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U.S. Dollar Continues Downfall. What About the Chinese Yuan? 


The U.S. dollar tumbled down during a quiet Asian session on Thursday. Softer-than-expected U.S. inflation data for January, along with a reiteration of the Federal Reserve’s dovish policy stance, caused the currency’s plunge. Still, it managed to recover some losses after European markets opened.


On Wednesday, new data showed that U.S. core inflation last month was zero against market expectations of 0.2%.


Federal Reserve Chair Jerome Powell announced that he expected base effects and pent-up demand when the economy fully reopens to boost inflation. However, that should be transitory, citing three decades of lower and stable prices.


Furthermore, Powell restated that the central bank’s new policy framework could easily accommodate annual inflation above 2% for some time before increasing rates. His announcement reinforced market expectations of weak returns from the greenback.


Forex market moves were small overnight due to the Lunar New Year holidays in China and Japan, but the U.S. currency plummeted down close to two-week lows against a basket of currencies.


On Thursday, it traded lower to 90.411, even after recovering some overnight losses after European markets opened.


ING FX strategists noted that any shift in the policy stance is not imminent. They think that U.S. front end rates will remain anchored. Furthermore, the U.S. curve seems set to steepen further, and real rates will likely remain deeply negative.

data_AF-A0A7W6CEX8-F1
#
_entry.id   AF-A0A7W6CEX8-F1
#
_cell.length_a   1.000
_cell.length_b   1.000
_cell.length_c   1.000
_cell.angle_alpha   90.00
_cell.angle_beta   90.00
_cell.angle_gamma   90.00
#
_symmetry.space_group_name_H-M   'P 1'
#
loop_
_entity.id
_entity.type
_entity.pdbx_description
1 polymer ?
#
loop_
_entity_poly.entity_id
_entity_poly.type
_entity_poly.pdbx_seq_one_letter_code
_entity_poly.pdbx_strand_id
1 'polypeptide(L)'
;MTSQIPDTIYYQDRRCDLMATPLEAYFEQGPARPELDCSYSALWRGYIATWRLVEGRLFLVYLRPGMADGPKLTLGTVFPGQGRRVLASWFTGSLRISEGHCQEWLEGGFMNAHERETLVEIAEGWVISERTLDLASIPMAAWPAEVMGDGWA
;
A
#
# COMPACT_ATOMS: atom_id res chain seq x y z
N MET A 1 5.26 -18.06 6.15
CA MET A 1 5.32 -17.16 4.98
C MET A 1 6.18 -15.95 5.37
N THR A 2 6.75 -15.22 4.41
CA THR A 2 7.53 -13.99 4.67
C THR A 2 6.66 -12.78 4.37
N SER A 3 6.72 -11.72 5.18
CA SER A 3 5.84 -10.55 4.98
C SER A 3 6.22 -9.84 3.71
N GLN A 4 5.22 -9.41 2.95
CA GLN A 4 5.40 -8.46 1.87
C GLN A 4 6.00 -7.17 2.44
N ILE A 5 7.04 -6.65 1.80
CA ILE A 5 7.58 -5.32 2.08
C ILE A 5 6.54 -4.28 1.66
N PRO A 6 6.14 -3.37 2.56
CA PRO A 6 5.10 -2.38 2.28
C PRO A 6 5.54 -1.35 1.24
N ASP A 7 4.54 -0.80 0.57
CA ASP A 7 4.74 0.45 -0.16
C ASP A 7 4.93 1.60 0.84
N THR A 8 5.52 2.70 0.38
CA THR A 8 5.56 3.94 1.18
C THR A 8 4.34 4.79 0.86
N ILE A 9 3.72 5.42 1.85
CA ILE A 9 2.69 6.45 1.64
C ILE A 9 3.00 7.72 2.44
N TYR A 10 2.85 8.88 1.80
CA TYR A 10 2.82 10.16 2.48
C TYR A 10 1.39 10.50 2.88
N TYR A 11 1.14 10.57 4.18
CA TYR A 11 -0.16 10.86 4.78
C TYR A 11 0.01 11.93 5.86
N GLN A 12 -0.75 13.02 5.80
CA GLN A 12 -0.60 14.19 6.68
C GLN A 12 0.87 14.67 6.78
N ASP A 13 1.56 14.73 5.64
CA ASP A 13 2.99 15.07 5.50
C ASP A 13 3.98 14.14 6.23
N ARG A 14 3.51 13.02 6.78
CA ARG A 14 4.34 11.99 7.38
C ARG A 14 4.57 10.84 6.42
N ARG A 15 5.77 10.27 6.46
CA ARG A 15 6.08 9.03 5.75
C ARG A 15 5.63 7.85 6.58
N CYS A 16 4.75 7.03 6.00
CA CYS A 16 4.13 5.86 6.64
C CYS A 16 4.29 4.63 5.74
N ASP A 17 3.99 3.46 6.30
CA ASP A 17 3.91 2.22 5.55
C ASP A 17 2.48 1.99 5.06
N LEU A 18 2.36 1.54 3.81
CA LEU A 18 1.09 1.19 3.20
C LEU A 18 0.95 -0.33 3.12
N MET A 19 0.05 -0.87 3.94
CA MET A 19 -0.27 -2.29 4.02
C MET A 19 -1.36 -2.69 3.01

The global economy is starting its post-winter recovery in the second quarter. That process suggests more upside to cyclical currencies. Besides, negative U.S. real rates should offer helping hands to the low yielding ones, such as EUR against the dollar – noted the analysts. The euro changed insignificantly against the dollar, at $1.2121 on Thursday.


How did the Australian dollar and other currencies fare? 


The Australian dollar surged forward by 0.3% at 0.7743 against the dollar, coming close to a two-week high overnight.


The British pound changed slightly at $1.3825, remaining below the three-year high of $1.3865 it reached on Wednesday.


Oil prices tumbled down, giving up some recent gains after Brent crude strengthened for nine sessions in a row. As a result, the commodity-linked Norwegian crown lowered from Wednesday’s one-year high against the euro. The pair traded at 10.261 today.


President Joe Biden and his Chinese counterpart Xi Jinping spoke for the first time since the United States’ election. Biden stated that a free and open Indo-Pacific was a priority. He also raised concerns about China’s actions in Hong Kong, Taiwan, and Xinjiang. However, with China’s markets closed, the Chinese yuan showed little reaction to the phone call.

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